Though one of the people reporting back seem to have an alternative workaround that is interesting, it doesn't require altering the targets file and instead just adds a dummy additional property.
Oct 12, 2013 at 5:28 PM
tilovell wrote:
The fix is a small change to the targets file.
In the case where it is a targets file fix I think what you need to do is probably not use nuget to solve the problem - instead just check your modified targets file into your source tree and modify your .csproj to reference that targets file instead of the Bcl one.

Or, refactor it as an additional targets file to include, instead of a modification to the existing one.
Yeah, but that is still awkward, as installing any other project that depends on Microsoft.Bcl.Build goes and adds the broken package. It's not such a problem if the package your installing is at the end of the dependency chain, as you can just add it manually rather than using nuget. What makes this awkward is the broken package I wanted to substitute is a dependency to the one I want to install.

Like you said, as a targets file I can still just alter my csproj file afterwards to point to a different version, but this is just one specific case, the problem itself is wider than that, e.g. what if you had a customized version of leveldb to support something extra and you wanted to use your custom version instead.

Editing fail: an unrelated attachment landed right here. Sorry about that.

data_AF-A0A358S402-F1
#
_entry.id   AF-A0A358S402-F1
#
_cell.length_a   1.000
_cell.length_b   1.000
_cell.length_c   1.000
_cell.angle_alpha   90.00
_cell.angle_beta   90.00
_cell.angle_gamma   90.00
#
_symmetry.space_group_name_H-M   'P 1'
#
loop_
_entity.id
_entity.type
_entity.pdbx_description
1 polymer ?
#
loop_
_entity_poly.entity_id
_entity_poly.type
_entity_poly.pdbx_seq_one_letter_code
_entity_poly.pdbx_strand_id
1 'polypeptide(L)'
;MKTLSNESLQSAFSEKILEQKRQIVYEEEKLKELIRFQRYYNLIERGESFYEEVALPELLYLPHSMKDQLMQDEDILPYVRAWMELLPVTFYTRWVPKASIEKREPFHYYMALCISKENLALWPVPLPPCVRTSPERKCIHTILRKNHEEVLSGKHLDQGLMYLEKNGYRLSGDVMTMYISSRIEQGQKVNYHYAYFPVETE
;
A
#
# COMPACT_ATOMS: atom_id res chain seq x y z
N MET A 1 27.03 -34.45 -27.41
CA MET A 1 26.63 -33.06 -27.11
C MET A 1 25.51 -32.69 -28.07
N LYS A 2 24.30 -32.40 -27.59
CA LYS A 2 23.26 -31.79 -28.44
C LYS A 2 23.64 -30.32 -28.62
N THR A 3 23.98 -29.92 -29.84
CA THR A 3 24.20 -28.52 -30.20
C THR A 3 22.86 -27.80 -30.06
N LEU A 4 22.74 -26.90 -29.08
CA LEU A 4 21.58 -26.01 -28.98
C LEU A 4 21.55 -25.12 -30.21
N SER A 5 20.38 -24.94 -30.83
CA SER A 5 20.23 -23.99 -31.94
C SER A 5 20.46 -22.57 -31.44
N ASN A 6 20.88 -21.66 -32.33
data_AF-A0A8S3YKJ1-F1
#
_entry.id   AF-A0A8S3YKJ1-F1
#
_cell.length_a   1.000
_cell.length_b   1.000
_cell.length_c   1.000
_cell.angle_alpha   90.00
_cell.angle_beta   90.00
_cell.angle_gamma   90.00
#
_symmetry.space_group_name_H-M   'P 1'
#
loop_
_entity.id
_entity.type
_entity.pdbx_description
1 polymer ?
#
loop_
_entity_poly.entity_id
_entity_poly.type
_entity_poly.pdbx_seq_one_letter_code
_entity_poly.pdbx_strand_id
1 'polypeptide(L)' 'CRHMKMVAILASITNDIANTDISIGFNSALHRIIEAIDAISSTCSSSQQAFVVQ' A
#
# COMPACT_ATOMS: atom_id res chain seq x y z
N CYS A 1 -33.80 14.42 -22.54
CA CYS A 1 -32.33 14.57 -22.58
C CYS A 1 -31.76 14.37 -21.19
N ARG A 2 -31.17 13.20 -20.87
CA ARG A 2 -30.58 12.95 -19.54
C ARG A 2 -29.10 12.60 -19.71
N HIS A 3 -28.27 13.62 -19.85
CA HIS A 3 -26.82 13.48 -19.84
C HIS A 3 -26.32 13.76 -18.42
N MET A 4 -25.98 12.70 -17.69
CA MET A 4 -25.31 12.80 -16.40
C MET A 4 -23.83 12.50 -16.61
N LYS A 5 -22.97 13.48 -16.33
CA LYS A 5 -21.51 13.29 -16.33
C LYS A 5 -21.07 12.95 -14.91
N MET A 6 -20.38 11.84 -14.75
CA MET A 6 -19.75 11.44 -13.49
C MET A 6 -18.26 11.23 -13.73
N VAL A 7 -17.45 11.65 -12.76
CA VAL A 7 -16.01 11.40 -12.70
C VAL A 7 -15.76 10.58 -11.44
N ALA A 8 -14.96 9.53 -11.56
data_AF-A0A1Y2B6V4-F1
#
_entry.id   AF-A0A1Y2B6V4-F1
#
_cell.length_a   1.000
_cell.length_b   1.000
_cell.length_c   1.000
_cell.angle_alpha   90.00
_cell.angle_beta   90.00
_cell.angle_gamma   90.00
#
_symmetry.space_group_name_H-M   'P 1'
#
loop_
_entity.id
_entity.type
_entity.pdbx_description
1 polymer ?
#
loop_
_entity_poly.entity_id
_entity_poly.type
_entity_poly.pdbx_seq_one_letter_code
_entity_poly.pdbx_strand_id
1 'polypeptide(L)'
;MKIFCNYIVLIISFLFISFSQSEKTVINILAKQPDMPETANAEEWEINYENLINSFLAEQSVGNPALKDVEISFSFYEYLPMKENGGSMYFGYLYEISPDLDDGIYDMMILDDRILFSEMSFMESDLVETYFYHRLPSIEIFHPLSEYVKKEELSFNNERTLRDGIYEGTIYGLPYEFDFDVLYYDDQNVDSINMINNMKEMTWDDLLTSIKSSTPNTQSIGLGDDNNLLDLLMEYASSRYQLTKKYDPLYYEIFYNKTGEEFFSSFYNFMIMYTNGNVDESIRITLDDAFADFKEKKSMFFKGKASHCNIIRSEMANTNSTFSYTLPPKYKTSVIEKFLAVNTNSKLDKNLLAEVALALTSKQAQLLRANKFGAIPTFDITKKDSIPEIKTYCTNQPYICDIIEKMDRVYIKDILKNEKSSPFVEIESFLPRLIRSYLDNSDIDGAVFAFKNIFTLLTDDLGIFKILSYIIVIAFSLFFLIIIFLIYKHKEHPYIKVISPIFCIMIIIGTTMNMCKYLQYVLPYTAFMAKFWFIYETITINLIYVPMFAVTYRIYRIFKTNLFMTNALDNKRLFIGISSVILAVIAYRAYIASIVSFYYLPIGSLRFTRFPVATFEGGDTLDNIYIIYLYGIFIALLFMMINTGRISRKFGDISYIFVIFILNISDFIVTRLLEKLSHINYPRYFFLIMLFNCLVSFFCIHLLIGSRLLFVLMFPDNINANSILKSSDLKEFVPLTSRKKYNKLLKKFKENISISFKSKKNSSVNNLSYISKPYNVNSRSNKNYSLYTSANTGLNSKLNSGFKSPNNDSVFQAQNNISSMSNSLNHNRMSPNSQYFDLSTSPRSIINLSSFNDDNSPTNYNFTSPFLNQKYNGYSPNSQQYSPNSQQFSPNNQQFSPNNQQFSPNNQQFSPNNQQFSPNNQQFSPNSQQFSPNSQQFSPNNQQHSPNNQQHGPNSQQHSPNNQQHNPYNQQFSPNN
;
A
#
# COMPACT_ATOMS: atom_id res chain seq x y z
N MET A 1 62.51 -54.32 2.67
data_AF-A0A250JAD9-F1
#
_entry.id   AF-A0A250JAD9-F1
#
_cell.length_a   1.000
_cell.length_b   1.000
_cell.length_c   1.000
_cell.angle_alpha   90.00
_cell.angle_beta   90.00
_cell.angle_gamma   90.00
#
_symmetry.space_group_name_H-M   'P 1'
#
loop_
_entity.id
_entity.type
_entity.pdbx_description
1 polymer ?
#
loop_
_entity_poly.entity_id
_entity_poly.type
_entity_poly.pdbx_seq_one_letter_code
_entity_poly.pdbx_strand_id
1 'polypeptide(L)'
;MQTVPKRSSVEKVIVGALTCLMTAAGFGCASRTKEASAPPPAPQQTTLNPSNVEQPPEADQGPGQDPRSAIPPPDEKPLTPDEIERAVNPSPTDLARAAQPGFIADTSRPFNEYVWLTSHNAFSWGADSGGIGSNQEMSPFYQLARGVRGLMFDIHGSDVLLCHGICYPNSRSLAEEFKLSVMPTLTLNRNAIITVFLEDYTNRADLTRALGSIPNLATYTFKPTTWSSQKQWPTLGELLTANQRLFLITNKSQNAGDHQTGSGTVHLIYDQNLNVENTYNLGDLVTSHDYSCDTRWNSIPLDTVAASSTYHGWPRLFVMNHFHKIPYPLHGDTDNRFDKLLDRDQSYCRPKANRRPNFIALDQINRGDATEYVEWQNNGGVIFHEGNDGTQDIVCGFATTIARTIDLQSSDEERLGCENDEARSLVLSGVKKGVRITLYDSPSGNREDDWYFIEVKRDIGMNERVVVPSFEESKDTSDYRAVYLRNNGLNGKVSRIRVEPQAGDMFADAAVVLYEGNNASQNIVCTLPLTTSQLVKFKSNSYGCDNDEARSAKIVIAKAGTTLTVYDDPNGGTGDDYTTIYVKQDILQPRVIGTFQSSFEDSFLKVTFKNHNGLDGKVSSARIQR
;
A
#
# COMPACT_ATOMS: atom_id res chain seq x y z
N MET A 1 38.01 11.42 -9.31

At the simplest implementation, rather than worrying about the complexity of substitution, a system by which I could tell nuget to ignore a specific package by ID would work. So that I'm specifically telling nuget not to worry about that dependency, I've handled it myself. I would want to set this in the packages directory either as part of the repository.config, or a separate file along side it so that all the projects in the solution share it.

That would change nuget so that ignoring dependencies is no longer all or nothing, and would let me handle the substitution of specific packages by hand. This would be a lot simpler to implement than substitution as well. At that point I could just create a package called My.Bcl.Build and install that (so I can still use nuget to update it) and tell nuget to ignore Microsoft.Bcl.Build.